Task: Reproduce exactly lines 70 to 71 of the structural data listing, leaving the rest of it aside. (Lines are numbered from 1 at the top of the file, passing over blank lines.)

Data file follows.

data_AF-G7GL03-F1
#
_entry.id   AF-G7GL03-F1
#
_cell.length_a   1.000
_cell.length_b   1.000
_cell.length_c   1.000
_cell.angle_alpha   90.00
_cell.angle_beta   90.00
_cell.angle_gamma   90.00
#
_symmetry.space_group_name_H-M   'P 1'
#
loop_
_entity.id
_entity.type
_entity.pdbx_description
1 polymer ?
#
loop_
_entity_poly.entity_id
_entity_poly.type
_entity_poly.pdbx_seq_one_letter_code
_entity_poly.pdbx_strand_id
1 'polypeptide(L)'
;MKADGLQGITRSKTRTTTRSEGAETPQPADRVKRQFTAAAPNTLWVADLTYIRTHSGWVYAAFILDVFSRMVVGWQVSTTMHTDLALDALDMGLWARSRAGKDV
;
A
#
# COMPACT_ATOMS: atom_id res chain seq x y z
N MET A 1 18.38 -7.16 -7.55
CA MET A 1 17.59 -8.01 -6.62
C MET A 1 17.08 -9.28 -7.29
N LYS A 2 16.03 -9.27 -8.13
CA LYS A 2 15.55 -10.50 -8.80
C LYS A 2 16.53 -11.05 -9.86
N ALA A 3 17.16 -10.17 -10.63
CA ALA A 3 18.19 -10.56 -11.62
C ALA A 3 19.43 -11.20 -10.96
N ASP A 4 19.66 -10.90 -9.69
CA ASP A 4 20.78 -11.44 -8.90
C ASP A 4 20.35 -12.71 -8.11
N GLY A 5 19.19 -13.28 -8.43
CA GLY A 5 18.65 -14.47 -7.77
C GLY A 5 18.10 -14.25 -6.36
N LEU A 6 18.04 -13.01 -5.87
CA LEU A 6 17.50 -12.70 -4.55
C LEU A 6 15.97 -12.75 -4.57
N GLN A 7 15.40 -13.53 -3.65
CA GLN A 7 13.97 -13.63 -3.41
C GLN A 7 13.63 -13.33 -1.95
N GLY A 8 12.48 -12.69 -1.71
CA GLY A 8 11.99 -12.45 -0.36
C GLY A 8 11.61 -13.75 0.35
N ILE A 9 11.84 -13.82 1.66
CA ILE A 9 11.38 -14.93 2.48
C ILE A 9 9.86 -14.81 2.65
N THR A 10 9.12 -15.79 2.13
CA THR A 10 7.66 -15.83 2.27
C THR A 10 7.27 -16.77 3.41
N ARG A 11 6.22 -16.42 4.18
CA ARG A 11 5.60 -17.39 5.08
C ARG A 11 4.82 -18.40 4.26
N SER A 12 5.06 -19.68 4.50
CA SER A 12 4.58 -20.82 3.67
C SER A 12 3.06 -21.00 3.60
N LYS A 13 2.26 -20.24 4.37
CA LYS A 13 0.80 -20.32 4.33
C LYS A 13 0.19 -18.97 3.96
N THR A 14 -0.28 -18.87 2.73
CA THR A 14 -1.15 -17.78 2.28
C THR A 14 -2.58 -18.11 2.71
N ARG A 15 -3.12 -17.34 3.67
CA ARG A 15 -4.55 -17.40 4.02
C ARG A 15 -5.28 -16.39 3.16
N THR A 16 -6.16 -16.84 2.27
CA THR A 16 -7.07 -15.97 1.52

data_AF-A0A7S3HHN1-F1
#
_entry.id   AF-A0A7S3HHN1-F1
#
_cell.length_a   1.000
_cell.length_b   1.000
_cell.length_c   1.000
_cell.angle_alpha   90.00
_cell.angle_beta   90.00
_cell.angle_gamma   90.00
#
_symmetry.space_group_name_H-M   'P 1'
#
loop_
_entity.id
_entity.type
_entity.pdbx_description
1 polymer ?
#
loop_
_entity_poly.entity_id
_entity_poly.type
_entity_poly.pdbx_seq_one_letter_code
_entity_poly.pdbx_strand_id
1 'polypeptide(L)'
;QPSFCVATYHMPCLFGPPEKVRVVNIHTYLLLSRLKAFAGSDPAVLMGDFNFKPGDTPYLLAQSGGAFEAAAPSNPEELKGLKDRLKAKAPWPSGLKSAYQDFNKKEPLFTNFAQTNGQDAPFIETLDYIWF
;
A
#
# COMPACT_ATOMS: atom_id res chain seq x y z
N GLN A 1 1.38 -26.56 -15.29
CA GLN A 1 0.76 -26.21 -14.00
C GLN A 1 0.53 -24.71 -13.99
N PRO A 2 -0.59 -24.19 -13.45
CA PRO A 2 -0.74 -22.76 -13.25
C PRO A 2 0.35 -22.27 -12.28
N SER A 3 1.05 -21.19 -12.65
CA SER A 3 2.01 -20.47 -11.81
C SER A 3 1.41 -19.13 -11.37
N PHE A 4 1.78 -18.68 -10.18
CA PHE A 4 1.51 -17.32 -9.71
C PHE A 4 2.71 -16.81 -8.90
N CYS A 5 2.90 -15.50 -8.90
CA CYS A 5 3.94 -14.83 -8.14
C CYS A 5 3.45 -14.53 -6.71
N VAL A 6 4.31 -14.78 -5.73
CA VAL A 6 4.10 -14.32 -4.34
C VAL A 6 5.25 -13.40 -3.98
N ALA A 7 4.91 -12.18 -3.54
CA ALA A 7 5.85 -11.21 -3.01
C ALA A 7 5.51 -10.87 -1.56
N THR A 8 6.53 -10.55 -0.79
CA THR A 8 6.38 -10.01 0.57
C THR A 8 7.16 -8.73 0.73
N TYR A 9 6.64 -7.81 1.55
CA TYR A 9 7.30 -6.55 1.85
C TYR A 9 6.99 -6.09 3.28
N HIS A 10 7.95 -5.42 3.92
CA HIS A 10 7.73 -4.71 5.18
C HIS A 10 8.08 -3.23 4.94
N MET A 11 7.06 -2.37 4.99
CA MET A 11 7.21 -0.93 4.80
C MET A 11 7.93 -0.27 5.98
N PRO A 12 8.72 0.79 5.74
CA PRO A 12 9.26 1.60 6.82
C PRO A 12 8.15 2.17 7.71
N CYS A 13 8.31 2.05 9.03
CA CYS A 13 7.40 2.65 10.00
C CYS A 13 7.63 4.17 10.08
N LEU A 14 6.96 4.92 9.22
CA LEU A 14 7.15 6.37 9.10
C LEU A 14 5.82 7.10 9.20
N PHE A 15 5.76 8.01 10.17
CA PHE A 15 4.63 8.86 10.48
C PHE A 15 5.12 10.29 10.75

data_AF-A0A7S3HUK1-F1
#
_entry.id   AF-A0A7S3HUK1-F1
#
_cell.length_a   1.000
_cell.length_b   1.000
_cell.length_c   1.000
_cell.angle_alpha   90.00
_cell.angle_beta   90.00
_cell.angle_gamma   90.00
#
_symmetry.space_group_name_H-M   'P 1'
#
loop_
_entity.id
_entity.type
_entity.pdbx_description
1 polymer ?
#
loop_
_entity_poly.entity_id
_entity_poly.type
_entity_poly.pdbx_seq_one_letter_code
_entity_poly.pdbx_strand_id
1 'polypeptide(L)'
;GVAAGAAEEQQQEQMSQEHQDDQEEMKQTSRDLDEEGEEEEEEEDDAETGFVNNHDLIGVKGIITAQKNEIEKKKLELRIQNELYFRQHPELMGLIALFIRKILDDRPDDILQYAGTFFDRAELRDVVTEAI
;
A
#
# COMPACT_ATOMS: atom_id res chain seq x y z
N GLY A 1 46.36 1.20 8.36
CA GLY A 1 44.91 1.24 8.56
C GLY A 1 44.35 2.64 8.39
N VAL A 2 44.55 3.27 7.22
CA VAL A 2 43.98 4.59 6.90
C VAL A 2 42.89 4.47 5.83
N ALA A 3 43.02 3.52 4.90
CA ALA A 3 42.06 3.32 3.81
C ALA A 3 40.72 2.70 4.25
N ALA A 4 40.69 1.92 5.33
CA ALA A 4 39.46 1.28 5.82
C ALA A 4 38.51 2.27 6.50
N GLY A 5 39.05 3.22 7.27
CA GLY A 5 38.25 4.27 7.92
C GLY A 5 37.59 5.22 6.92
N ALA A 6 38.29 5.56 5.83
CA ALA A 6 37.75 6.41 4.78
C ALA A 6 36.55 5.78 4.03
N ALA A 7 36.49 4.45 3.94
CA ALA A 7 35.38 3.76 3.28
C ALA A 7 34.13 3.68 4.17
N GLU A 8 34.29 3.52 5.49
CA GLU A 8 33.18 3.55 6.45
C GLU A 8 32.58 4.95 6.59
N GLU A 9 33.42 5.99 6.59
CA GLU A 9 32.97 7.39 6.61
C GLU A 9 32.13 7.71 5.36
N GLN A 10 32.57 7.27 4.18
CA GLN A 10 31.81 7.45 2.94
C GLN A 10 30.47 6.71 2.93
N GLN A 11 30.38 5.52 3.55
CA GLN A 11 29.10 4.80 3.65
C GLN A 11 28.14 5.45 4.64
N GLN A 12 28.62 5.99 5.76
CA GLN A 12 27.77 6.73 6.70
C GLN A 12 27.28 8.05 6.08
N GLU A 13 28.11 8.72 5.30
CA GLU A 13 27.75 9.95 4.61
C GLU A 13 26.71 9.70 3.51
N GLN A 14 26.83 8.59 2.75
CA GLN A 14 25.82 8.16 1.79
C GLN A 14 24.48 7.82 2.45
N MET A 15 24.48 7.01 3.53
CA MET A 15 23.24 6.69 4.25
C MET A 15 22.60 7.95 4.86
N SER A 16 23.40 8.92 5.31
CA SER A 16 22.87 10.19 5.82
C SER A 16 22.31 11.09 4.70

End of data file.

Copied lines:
N THR A 14 -0.28 -18.87 2.73
CA THR A 14 -1.15 -17.78 2.28